Israel’s social security administration objected to these cuts, arguing that they expect them to send some 35 thousand new children below the poverty line. In fact, they said the new cuts, sold as part of the “equal burden” package, will actually introduce a huge, new gap between rich and poor, as the percentage of poor children will rise from 4 to 40 percent.

In his Facebook message (today’s politician’s alternative to press conferences, where they might ask you embarrassing questions), Lapid said he was fulfilling one of his key promises to his voters. He also offered the following factoid, possibly something he read in a Maggie Thatcher interview:

“For years upon years it’s been proven that child allowances don’t get people out of poverty, they only make poverty permanent. Only one thing allows families exit the cycle of poverty – and that’s working.”

According to a 2011 report on poverty issued by the Israeli social security administration, 39.3% of Israeli families have been freed from the cycle of poverty due to receiving a variety of subsidies, including child allowances and income tax breaks, and the figure includes 15.1% of the children in Israel. The poverty line before government subsidies are paid out stands at $39.3%, and with the old subsidies dropped to 19.9%, which is still the highest poverty level among developed countries, and highest among all the OECD member countries…

For Haredi families, this severe cut in income comes coupled with a severe curtailing of funding for yeshivas and kolelim—by 30 percent this coming year, and by 60 percent the following year.

Four Haredi families are planning to sue the government in the Supreme Court over the cuts, which they say were made haphazardly and in a manner that does not befit proper legislation. A similar appeal was rejected a month ago by Justice Noam Solberg, on the ground that it was issued too early on in the legislative process. He urged the plaintiffs to come back once the bill becomes a law. Well, today it did.

Minister Lapid received a lot of praise when, during a duel with MKs from the Torah Judaism party, he said from the podium, in response to an accusation that his office was starving children:

“We will not allow any child in the State of Israel to go hungry. It’s our duty to make sure no child in Israel will be hungry, and we will honor it. But I want to remind [you], the institution responsible for caring for children is called their parents. When you bring a child into this world, [you] are the primary person responsible for it. Bringing a child into the world is a heavy responsibility, and so you should bring children into the world not based on the assumption that other people would care for them, but rather based on the assumption that it’s your obligation to take care of your own children.”

But that was many months ago. Today it has become clear that Minister Lapid—continuing his late father’s legacy of Haredi and religious hatred—has declared war on religious Jews in Israel. So far it’s been a three-pronged attack, hitting the issues of draft, child rearing in large families, and the education budget. Granted, in every one of these areas the Haredi public could do a lot to improve its relationship with the state and to create more goodwill between religious and secular in Israel. But to hit them with these three massive jabs all at once is not an act of repair but of destruction.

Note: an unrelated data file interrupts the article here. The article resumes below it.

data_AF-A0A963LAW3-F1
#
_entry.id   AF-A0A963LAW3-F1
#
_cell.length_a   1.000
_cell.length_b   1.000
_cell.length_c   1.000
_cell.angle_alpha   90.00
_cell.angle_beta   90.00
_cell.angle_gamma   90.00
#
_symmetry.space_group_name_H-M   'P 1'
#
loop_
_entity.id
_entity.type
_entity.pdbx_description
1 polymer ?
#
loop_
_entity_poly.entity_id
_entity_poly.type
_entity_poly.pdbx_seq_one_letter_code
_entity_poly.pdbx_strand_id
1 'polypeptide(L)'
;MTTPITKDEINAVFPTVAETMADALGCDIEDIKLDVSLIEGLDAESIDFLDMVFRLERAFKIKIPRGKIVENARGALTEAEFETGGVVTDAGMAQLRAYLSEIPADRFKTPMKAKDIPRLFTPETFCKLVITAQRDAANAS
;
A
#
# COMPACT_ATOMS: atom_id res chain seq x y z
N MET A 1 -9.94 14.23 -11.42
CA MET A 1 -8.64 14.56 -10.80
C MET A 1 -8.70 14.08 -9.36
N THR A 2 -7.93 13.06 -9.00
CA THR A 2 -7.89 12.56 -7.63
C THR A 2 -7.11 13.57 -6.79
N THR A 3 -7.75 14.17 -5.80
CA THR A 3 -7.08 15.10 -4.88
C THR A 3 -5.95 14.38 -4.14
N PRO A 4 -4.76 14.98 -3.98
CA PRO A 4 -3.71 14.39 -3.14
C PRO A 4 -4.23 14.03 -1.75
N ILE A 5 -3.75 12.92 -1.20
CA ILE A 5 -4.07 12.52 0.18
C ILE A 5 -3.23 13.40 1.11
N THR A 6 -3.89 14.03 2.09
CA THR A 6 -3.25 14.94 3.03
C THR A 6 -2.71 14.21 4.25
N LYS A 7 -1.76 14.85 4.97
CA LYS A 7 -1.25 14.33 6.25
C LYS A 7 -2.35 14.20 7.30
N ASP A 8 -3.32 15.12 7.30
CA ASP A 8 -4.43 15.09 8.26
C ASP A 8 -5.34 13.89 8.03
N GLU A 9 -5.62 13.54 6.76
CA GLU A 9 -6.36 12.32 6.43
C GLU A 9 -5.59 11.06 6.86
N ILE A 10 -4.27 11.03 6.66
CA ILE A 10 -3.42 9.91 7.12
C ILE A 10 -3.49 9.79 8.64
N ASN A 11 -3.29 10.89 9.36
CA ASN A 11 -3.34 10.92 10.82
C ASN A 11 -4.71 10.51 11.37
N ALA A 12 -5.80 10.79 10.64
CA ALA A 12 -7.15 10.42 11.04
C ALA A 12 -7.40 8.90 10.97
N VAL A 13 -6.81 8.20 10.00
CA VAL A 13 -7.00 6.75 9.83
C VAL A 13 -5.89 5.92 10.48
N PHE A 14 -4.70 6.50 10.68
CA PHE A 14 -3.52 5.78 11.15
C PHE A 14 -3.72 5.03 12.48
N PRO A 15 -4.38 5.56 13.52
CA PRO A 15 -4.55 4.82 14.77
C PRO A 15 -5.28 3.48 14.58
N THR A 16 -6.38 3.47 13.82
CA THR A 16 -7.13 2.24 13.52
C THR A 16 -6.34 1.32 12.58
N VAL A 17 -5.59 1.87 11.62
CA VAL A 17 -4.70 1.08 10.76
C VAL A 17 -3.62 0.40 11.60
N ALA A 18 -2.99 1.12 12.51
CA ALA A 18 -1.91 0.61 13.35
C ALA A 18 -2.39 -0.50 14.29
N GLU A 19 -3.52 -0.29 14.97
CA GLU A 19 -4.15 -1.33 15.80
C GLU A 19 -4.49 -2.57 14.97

Yori Yanover

Failing in Order to Succeed

Monday, August 19th, 2013

The rabbis teach that we can only truly understand Torah when we allow ourselves to fail at it (Gittin 43a). Unless we push ourselves to reach for deeper understanding, where we inevitably get it wrong before we can get it right, we will not grasp the very essence of the Jewish enterprise. Rashi here seems to think that it’s the public shame of getting it wrong (and the concomitant rebuke) that strengthens one’s intellectual rigor. It is not hard to think about giving constructive feedback (“rebuke”) when it comes to moral matters, but do we care enough about ideas that we (respectfully) challenge others when ideas are misinterpreted or misapplied? How much do we really value the marketplace of ideas and the assurance that we as individuals and as a society get it right?

History is full of examples of leaders who acknowledged that persistence in the face of failure was more important than individual failures. President Abraham Lincoln, whose army suffered many crushing defeats in the early years of the Civil War, said: “I am not concerned that you have fallen — I am concerned that you arise.” A century later, Robert F. Kennedy echoed the optimistic spirit of youth when he said, “Only those who dare to fail greatly can ever achieve greatly.” Besides for being tragically assassinated, what these presidents have in common in that their causes lasted, their legacies carried on, and they are remembered as being among the greatest and most successful men to occupy the Oval Office.